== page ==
We are just at the beginning of a new way to help patients: digital therapies. However, as of today, few apps, games or virtual reality software led to patient outcomes.
Personally, I think it is quite normal as mental health is a long-term ailment and cannot be treated in one single day. We need more long-term perspective on the real outcomes. Another crucial point to mention: in mental health, patients start to feel better when they are heard and understood by doctors, nurses and relatives; when they can put a word on the malaise they are feeling daily; when you take time with them.
Mental illnesses are a huge burden for the society as demonstrated in a recent study by The Economist.
In the next future there will be a combo of chemical drugs supported by apps that will help patients to better cope with their disease and to better adhere to the treatment schedule and regimen.
Find out more:
Akili (video games to treat autism, ADHD, depression, traumatic brain injury)
Pear Therapeutics (linking prescription drugs with apps)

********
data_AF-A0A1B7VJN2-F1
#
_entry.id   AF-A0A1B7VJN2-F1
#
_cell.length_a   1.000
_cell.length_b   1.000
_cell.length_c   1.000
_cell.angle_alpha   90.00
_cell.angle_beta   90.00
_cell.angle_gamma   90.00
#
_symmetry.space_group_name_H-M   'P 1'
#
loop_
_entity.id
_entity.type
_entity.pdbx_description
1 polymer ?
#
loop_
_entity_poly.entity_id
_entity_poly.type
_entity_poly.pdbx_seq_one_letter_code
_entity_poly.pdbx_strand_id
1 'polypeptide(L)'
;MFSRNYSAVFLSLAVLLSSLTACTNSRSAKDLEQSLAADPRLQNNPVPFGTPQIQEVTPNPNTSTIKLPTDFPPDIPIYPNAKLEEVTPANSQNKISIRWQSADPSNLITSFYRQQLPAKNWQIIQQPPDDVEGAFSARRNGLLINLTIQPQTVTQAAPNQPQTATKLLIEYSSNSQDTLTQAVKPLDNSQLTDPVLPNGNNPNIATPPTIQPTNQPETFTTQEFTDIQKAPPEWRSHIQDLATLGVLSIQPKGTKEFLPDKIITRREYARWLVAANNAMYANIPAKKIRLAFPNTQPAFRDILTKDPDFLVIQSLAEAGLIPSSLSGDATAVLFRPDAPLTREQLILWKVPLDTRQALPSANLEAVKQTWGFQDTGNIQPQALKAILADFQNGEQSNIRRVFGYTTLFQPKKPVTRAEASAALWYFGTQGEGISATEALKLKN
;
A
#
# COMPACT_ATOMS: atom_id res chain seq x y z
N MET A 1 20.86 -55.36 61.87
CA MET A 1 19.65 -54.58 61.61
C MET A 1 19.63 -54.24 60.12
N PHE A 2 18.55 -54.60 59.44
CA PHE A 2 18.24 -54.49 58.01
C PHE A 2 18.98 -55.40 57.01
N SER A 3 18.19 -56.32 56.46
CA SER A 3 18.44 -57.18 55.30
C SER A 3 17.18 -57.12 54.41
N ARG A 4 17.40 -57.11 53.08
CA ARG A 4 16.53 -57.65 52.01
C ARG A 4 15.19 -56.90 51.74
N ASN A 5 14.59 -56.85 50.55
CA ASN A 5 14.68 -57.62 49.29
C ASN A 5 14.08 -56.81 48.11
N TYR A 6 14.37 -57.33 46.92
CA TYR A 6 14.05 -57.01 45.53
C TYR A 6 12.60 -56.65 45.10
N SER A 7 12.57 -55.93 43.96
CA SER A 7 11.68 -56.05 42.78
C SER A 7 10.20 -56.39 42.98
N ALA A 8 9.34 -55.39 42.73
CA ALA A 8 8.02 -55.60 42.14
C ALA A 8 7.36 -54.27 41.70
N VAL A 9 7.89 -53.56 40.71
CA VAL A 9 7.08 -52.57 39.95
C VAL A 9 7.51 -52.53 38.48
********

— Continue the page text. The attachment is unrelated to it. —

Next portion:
Bravemind (PTSD treatment for veterans)
The Economist Report – Mental Health & Integration
How to solve medical issues by collaborative thinking? The hackathon finds its origins in the IT world. According to Wikipedia, the phenomenon started in 1999 in Calgary where 10 developers came together to avoid legal problems caused by export regulations of cryptographic software from the US.
This type of event is well-known in the IT world but much less in the medical one. The MIT is however leading the trend and driving the move with its website dedicated to hackathons in medicine & health innovation. Their website is rich and well-populated by press articles and resources.
Collaborative thinking could really make the difference and attendees seemed to like that!!! A perfect win-win situation for all.
Attendee testimonial Article from Wired